And yet I am not ready to let it go, not quite yet. I am not yet ready to move onto something new, not ready to start another huge distraction. Lucky I have blogvember. How else would I fill the endless stolen hours? Before I leave Breaking Bad I give you this flashback from my childhood. What on earth would my grandad think of tv about meth labs and bad guys set to a soundtrack of his favourite gunslinger balladier?


Sunday Confessional One #blogvember

Too early for tinsel?

Too early for tinsel

Sunday is here. Following on from last year’s innovation, this Blogvember will feature a Confessional post on Sundays. Without further ado, for ado seems unnecessary, this Sunday I confess I am not ready for it to be December again. I have barely recovered from the last time.

December in our family is not just about Christmas. It is about birthdays. A lot of birthdays.

In our immediate circle of family and friends in the month from 28 November to 27 December there are nine birthdays. And there will be another added this year, when my sister-in-law has her second child. The December birthday honour roll includes two nieces, my brother, my son, and close friends children turning three and four; including one set of twins. I am always wary of adding them up in case I forget someone.

There are also a minimum of four childrens parties. The attempts to do combined parties are thwarted by interstate relatives and grandparents, or other difficult to work around family commitments. This means that we are at birthday parties every weekend for the whole of December, sometimes two in the one day. This is before the Christmas celebrations are taken into account. It makes me tired just thinking about it. This year I thought I had gone out early enough in the planning. I booked the hall. Set the date. Announced. Only to have been too late again. It’s three separate parties for the three kids who are turning four in the space of two days.

The shopping alone is enough to kill me. The present choosing, wrapping, card writing and arranging is a marathon. The cooking, and cleaning and in between it all, the odd bit of Christmas preparation. Last year, I wrote myself a list. It is in my diary. It has a detailed explanation of where I put the birthday accoutrements and in which box the Christmas lights have seen out the year. I glanced at the list the other day. I promptly shut the diary.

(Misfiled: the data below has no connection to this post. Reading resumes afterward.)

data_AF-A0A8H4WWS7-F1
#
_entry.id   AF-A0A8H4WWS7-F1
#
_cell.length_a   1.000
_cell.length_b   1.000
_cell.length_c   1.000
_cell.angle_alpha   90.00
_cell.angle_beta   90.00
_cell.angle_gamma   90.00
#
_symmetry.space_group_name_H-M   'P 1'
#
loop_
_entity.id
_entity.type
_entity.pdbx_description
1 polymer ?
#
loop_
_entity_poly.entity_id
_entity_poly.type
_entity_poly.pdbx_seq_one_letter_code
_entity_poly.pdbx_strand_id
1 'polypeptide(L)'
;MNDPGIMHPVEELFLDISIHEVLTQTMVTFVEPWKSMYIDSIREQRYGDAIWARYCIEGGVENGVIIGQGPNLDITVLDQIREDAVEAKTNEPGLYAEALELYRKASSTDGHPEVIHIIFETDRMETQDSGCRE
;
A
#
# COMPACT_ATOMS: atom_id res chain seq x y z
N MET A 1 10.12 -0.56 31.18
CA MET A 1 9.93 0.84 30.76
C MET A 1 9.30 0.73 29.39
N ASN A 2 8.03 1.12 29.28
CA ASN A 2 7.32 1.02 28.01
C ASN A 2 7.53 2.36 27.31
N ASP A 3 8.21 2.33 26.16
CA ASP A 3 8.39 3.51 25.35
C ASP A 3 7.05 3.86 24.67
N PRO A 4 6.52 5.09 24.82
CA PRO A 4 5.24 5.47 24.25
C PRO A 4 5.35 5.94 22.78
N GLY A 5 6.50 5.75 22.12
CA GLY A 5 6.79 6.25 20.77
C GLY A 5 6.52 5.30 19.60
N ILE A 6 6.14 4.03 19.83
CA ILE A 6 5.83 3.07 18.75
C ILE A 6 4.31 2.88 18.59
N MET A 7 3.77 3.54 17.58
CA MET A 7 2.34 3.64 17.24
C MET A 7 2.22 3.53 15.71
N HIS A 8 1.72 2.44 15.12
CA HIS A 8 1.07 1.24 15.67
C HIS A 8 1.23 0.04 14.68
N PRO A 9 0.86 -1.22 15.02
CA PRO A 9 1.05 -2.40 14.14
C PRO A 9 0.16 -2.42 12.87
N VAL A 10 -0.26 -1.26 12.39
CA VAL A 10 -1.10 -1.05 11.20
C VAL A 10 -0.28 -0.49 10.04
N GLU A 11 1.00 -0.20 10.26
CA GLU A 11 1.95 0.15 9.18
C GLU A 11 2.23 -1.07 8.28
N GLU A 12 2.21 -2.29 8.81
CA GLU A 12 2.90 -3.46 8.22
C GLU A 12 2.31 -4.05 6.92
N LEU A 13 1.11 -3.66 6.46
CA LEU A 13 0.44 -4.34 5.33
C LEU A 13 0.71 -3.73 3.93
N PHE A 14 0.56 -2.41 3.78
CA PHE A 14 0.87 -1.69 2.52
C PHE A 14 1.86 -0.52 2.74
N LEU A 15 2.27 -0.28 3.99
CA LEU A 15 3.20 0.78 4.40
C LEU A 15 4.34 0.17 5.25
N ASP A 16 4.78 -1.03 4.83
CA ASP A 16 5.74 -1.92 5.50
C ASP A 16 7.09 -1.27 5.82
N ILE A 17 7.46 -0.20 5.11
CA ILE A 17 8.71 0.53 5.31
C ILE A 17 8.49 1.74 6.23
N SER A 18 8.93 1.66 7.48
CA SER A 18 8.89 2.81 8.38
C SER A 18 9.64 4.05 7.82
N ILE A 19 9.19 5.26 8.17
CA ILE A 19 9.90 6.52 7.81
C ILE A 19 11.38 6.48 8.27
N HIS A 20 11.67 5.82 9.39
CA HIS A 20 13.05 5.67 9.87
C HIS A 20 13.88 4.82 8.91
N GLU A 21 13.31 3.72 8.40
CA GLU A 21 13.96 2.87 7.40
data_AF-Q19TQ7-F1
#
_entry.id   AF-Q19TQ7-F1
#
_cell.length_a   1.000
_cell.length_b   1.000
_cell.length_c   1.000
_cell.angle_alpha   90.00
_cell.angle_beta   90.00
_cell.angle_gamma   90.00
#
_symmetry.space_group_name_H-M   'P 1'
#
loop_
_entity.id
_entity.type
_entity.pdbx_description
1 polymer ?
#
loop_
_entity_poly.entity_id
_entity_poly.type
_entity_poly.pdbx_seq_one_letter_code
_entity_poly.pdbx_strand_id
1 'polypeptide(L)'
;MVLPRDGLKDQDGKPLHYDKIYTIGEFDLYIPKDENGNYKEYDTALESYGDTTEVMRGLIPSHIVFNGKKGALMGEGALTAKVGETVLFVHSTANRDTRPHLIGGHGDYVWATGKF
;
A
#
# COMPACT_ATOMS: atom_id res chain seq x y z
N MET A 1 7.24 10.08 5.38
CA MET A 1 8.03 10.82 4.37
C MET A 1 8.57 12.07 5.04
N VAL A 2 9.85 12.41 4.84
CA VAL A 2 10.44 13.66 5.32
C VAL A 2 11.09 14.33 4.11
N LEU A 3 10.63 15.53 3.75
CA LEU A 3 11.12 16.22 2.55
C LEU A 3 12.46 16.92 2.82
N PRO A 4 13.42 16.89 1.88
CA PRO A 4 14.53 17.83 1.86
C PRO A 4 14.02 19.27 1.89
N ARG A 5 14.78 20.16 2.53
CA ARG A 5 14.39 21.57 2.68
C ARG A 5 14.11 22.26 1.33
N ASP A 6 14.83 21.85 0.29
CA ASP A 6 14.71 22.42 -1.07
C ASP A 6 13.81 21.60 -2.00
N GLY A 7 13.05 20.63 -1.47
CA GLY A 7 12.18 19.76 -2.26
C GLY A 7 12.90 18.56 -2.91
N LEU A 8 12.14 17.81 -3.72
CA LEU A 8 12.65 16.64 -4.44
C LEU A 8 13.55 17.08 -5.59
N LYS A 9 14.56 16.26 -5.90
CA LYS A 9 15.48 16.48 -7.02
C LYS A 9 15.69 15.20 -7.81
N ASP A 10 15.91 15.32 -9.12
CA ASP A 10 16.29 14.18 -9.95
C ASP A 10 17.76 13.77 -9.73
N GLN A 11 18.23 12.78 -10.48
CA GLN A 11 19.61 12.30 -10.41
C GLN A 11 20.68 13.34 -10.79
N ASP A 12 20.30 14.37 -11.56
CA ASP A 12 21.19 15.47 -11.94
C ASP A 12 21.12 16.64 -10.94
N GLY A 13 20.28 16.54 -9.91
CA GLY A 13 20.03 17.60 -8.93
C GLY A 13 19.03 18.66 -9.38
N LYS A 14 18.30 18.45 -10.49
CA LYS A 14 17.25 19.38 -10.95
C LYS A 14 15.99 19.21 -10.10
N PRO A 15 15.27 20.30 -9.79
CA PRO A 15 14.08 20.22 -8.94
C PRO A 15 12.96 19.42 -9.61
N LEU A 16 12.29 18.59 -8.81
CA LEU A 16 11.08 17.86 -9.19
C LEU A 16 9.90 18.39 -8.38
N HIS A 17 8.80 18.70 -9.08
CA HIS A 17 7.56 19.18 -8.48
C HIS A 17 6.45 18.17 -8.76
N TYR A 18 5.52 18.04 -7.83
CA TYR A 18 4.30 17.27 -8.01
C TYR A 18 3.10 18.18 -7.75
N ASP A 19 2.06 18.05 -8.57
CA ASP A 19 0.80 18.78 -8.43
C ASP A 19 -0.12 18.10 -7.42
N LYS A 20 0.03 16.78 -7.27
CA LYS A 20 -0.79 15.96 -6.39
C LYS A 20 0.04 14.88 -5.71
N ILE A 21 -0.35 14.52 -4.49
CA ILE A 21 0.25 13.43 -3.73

The annual treasure hunt

Boxing Day used to be all about cricket, ham rolls and beer. It is now about making the 27th of December special for my beautiful boy. I promise myself every year I will be one of those organised and on-top-of-it people who shop at the mid-year toy sales, who buy in bulk and wrap as they go. Bless me father, for I have sinned.

Oh how I laugh when I get to November and there are no age appropriate gift cards in the box. Tasteful adult cards? I have millions of them. Ones with dinosaurs and fairies and stuff little kids like? Totally absent. My continued lack of preparation and incremental forethought stares me in the face, as I peer into the box hoping that something will appear. Better get shopping. Actually, better have a gin before I start.

Suggestions welcome for birthday presents for girls turning three, four and nine, and for brother who has everything.

Writing time #blogvember

Unplug and write

Unplug and write

I burst into the kitchen just now. Robert is shelling broad beans. I’ve got this idea, I say. I’ve been trying to think of an idea, a kernel for a post, all afternoon. I continue. You know that story about Leonard Cohen and Bob Dylan talking about how long it takes to writes songs? Yes, he says in a drawn out way. Well, I press on, I think I’ll write about that, and writing. About how long it takes. Yes, he says again. Not very enthusiastically. I exit the kitchen. Sometimes the ideas sound better in my head than when I say them out loud to you, I say. That’s the role we play for each other, he says. Read More